The portion of federal stimulus funding allocated to states and used for operating at public four-year institutions (per Carnegie definitions), net of any agency funding, state financial aid, or RAM. Data not available prior to 2020.

Government Services Fund revenue used for public higher education operations excluding modernization, renovation, or repair provided through the Federal American Reinvestment and Recovery Act (ARRA) during the Great Recession to stabilize state and local sources of of revenue for higher education.

Governor’s Emergency Education Relief Fund (GEERF) revenue allocated to states and used for higher education from the 2020 Coronavirus Aid, Relief, and Economic Security (CARES) Act.

Governor’s Emergency Education Relief Fund (GEERF) revenue allocated to states and used for higher education from the 2020 Coronavirus Response and Relief Supplemental Appropriations (CRRSA) Act.

The portion of federal stimulus funding allocated to states and used for operating at private institutions. Data not available prior to 2020.

Federal stimulus funding not included in any of the categories, including but not limited to funds used for state agencies, non-credit and continuing education, RAM, or other purposes. Data not available prior to 2020.

The portion of federal stimulus funding allocated to state agencies and used for capital projects at public institutions in 2020, 2021, and 2022. These funds are used for new construction, renovations and improvements, equipment, and other capital projects. Stimulus funds used for capital projects are excluded from total federal stimulus.

Federal stimulus funding allocated to states for public higher education to offset reductions in state appropriations and stabilize state and local sources of funding for higher education. Excludes any funds used for capital projects and those allocated directly by the federal government to institutions or students. 

Calculation: Public Federal Stimulus Funding = Education Stabilization Fund + Government Services Fund + Governor’s Emergency Education Relief Fund I + Coronavirus Relief Fund + Governor’s Emergency Education Relief Fund II + Coronavirus State and Local Fiscal Recovery Fund – Independent Operating Stimulus – Public Capital Projects Stimulus

The portion of federal stimulus funding allocated to states and used for student financial aid at public and private institutions. Data not available prior to 2020.

Federal stimulus funding allocated to states for higher education to offset reductions in state appropriations and stabilize state and local sources of funding for higher education. Excludes any funds used for capital projects and those allocated directly by the federal government to institutions or students. 

Calculation: Total Federal Stimulus Funding = Education Stabilization Fund + Government Services Fund + Governor’s Emergency Education Relief Fund I + Coronavirus Relief Fund + Governor’s Emergency Education Relief Fund II + Coronavirus State and Local Fiscal Recovery Fund – Public Capital Projects Stimulus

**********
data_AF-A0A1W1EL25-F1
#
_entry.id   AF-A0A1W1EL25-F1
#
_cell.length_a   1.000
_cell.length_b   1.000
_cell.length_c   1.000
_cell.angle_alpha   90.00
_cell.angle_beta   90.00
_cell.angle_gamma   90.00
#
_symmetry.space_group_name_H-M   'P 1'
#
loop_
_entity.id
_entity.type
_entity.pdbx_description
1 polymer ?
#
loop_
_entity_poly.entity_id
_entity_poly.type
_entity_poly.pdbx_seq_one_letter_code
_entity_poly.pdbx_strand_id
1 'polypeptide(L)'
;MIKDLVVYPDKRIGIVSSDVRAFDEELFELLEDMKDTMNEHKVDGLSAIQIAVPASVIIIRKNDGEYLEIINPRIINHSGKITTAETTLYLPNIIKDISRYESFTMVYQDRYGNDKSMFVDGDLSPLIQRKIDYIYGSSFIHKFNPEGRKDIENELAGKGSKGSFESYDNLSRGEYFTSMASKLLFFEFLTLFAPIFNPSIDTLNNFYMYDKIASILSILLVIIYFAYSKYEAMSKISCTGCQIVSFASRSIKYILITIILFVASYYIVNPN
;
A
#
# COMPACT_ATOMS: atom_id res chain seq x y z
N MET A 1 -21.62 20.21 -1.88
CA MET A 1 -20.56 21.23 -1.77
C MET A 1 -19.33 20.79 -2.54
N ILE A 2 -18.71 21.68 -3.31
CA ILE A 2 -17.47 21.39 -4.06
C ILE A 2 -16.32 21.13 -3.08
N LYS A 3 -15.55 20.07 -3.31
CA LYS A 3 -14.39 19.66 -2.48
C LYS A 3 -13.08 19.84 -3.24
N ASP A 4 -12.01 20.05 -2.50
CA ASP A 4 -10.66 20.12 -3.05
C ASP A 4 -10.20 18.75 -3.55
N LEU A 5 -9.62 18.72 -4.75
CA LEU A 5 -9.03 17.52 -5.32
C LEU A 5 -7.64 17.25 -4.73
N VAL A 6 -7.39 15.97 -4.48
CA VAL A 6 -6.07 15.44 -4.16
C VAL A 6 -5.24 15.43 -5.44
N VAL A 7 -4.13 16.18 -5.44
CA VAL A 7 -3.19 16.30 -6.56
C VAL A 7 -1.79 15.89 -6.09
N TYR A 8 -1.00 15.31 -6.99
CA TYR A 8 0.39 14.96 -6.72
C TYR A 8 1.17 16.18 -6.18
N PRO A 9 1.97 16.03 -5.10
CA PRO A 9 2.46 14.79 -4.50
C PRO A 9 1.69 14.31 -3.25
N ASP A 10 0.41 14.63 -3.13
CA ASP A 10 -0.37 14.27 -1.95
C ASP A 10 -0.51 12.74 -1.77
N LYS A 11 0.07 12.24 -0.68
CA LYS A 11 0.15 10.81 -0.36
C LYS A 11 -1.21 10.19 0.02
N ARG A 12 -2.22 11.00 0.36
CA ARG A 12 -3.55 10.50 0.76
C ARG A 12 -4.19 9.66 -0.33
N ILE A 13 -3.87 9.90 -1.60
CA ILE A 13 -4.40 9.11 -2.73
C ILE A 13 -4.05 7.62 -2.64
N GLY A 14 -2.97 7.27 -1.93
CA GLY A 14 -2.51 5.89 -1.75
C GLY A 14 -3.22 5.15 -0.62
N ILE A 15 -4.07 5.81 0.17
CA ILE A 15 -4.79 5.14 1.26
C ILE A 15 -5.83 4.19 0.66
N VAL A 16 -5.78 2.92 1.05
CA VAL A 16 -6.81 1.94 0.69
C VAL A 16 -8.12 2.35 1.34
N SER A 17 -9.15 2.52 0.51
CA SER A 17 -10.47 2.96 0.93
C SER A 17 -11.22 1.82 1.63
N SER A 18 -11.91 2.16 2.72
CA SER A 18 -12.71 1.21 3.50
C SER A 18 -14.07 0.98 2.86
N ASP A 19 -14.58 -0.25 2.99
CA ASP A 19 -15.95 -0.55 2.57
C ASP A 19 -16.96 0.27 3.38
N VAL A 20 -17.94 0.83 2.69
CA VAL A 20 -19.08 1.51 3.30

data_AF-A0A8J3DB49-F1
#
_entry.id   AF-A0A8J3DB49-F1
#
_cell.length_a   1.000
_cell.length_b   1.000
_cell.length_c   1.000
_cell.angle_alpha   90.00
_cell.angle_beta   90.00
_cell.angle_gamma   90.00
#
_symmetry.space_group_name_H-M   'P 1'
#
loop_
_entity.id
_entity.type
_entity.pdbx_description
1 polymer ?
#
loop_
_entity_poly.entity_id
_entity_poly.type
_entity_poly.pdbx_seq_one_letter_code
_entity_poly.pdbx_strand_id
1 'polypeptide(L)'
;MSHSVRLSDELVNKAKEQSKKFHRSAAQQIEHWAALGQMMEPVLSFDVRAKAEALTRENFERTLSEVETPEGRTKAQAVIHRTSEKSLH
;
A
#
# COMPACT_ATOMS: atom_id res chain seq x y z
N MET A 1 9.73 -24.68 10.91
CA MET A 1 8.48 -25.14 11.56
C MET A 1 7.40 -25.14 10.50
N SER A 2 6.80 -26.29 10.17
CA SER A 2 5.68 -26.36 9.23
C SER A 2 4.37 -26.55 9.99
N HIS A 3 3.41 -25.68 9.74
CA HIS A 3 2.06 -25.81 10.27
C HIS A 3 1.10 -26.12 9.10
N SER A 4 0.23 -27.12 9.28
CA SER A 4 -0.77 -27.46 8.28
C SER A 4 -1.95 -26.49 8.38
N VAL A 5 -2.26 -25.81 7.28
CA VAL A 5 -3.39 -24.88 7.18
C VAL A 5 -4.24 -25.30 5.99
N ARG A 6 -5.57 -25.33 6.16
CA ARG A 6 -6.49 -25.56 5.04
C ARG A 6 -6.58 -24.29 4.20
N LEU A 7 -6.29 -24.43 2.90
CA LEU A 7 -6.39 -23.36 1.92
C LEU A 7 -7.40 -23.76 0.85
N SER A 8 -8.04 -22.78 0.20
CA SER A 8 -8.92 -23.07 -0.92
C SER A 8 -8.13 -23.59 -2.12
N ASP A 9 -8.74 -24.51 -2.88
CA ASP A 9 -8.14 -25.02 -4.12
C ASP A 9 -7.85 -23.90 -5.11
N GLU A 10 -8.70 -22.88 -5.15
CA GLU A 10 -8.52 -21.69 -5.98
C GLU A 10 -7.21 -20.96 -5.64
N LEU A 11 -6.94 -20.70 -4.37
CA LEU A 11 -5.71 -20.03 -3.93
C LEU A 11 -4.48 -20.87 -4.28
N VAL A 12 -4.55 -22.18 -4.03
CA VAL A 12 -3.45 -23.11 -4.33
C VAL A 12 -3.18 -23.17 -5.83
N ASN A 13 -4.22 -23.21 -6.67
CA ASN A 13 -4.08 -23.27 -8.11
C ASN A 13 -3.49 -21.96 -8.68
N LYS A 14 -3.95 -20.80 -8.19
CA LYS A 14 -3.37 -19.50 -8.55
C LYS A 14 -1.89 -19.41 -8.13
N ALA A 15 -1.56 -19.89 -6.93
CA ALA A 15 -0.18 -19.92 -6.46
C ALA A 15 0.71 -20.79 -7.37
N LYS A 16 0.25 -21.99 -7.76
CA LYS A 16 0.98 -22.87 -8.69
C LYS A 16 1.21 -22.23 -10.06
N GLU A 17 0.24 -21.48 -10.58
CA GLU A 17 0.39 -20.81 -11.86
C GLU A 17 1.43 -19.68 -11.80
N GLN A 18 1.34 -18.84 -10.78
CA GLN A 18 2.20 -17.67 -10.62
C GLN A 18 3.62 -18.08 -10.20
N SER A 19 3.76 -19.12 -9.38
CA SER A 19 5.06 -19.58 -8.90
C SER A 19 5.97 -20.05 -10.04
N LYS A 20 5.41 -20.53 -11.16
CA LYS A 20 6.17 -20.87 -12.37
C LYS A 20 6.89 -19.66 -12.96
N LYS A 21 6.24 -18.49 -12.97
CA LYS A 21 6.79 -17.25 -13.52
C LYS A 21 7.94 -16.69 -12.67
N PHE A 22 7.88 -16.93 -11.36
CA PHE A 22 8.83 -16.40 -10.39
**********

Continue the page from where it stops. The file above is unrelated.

The portion of federal stimulus funding allocated to states and used for operating at public Carnegie Associate’s Colleges, Mixed Baccalaureate/ Associate’s Colleges, Special Focus Two-Year Institutions, Technical Colleges, and those that are considered “less-than-two-year” but are not in the Carnegie Classification, net of any agency funding or state financial aid. Data not available prior to 2020.

State Funding

State and local support available for public higher education operating expenses and student financial aid excluding research, hospitals, and
medical education (RAM). State-level education appropriations include total federal stimulus funding. Sector-level education appropriations include any portion of federal stimulus funding allocated specifically to each sector. State-level education appropriations include agency funding; sector-level education appropriations do not.

Calculations:

  • Education Appropriations = State Support for Public Institutions + Local Appropriations – Research Appropriations – Agricultural Extension Appropriations – Hospital Appropriations – Medical School Appropriations – Medical Public Aid
  • Two-Year Education Appropriations = Two-Year State General Operating + Two-Year Public Financial Aid + Two-Year Local Appropriations + Two-Year Public Operating Stimulus
  • Four-Year Education Appropriations = Four-Year State General Operating + Four-Year Public Financial Aid + Four-Year Local Appropriations + Four-Year Public Operating Stimulus

State and local support available for public higher education operating expenses excluding research, hospitals, and medical education net of federal stimulus funding. 

Calculation: Education Appropriations Net of Federal Stimulus = Education Appropriations – Public Federal Stimulus 

Interest or earnings received from state-funded endowments set aside and pledged to public sector institutions. 

General public operations are any state and local support for public higher education institutions and agencies, excluding RAM, financial aid, and non-credit and continuing education. Federal stimulus funding is not included.

Calculation: Education Appropriations – Public Federal Stimulus – State Public Financial Aid

Funding under state auspices for non-appropriated state support. These may include, but are not limited to, monies from receipt of lease income, cattle-grazing rights fees, and oil/mineral extraction fees on land set aside by the state for higher education. 

Funding under state auspices for appropriated non-tax state support set aside by the state for higher education. These may include, but are not limited to, monies from lotteries (including lottery scholarships), tobacco settlements, casinos, or other gaming sources.

Other support includes any other state funds not included in the other state support categories.